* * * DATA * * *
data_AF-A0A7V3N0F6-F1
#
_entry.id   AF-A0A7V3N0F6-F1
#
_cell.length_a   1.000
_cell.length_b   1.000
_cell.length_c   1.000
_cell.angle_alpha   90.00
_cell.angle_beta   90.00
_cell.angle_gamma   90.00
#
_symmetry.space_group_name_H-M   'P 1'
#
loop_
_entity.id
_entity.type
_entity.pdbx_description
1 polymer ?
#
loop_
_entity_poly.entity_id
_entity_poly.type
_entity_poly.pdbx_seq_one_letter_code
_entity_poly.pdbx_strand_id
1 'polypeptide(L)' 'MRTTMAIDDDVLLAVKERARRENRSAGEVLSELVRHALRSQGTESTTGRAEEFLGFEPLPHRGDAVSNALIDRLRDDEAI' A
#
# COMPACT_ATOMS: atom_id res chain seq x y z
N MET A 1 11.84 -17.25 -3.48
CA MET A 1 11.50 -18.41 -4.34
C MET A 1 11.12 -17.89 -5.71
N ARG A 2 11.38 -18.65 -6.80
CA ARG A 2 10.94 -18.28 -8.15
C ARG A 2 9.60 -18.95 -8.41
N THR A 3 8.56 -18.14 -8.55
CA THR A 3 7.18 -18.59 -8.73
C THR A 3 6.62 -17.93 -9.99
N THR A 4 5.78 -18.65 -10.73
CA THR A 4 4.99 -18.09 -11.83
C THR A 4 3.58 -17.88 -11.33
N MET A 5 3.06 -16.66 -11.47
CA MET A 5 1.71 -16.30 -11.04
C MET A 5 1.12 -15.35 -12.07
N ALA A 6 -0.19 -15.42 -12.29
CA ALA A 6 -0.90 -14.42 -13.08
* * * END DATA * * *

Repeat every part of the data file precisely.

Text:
data_AF-A0A7V3N0F6-F1
#
_entry.id   AF-A0A7V3N0F6-F1
#
_cell.length_a   1.000
_cell.length_b   1.000
_cell.length_c   1.000
_cell.angle_alpha   90.00
_cell.angle_beta   90.00
_cell.angle_gamma   90.00
#
_symmetry.space_group_name_H-M   'P 1'
#
loop_
_entity.id
_entity.type
_entity.pdbx_description
1 polymer ?
#
loop_
_entity_poly.entity_id
_entity_poly.type
_entity_poly.pdbx_seq_one_letter_code
_entity_poly.pdbx_strand_id
1 'polypeptide(L)' 'MRTTMAIDDDVLLAVKERARRENRSAGEVLSELVRHALRSQGTESTTGRAEEFLGFEPLPHRGDAVSNALIDRLRDDEAI' A
#
# COMPACT_ATOMS: atom_id res chain seq x y z
N MET A 1 11.84 -17.25 -3.48
CA MET A 1 11.50 -18.41 -4.34
C MET A 1 11.12 -17.89 -5.71
N ARG A 2 11.38 -18.65 -6.80
CA ARG A 2 10.94 -18.28 -8.15
C ARG A 2 9.60 -18.95 -8.41
N THR A 3 8.56 -18.14 -8.55
CA THR A 3 7.18 -18.59 -8.73
C THR A 3 6.62 -17.93 -9.99
N THR A 4 5.78 -18.65 -10.73
CA THR A 4 4.99 -18.09 -11.83
C THR A 4 3.58 -17.88 -11.33
N MET A 5 3.06 -16.66 -11.47
CA MET A 5 1.71 -16.30 -11.04
C MET A 5 1.12 -15.35 -12.07
N ALA A 6 -0.19 -15.42 -12.29
CA ALA A 6 -0.90 -14.42 -13.08